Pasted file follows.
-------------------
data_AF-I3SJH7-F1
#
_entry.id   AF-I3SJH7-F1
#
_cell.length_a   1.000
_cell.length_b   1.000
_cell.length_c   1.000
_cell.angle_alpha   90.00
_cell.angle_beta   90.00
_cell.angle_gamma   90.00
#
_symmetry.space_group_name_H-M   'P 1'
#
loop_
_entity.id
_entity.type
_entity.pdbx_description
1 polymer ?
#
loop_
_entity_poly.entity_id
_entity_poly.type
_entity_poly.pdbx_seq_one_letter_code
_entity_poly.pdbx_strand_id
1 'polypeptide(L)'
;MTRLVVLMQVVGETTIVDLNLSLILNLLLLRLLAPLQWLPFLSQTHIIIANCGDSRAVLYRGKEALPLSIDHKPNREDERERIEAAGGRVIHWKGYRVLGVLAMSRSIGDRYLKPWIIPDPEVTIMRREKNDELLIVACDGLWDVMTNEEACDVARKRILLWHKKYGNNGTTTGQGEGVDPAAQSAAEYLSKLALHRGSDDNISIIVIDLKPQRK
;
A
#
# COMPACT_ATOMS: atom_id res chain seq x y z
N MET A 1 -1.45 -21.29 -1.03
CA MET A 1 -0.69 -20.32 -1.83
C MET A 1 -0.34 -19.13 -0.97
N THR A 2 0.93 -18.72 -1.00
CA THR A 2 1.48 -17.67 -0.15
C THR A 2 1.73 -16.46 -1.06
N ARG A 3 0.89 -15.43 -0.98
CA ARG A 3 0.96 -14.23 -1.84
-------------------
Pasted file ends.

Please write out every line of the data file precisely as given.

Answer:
data_AF-I3SJH7-F1
#
_entry.id   AF-I3SJH7-F1
#
_cell.length_a   1.000
_cell.length_b   1.000
_cell.length_c   1.000
_cell.angle_alpha   90.00
_cell.angle_beta   90.00
_cell.angle_gamma   90.00
#
_symmetry.space_group_name_H-M   'P 1'
#
loop_
_entity.id
_entity.type
_entity.pdbx_description
1 polymer ?
#
loop_
_entity_poly.entity_id
_entity_poly.type
_entity_poly.pdbx_seq_one_letter_code
_entity_poly.pdbx_strand_id
1 'polypeptide(L)'
;MTRLVVLMQVVGETTIVDLNLSLILNLLLLRLLAPLQWLPFLSQTHIIIANCGDSRAVLYRGKEALPLSIDHKPNREDERERIEAAGGRVIHWKGYRVLGVLAMSRSIGDRYLKPWIIPDPEVTIMRREKNDELLIVACDGLWDVMTNEEACDVARKRILLWHKKYGNNGTTTGQGEGVDPAAQSAAEYLSKLALHRGSDDNISIIVIDLKPQRK
;
A
#
# COMPACT_ATOMS: atom_id res chain seq x y z
N MET A 1 -1.45 -21.29 -1.03
CA MET A 1 -0.69 -20.32 -1.83
C MET A 1 -0.34 -19.13 -0.97
N THR A 2 0.93 -18.72 -1.00
CA THR A 2 1.48 -17.67 -0.15
C THR A 2 1.73 -16.46 -1.06
N ARG A 3 0.89 -15.43 -0.98
CA ARG A 3 0.96 -14.23 -1.84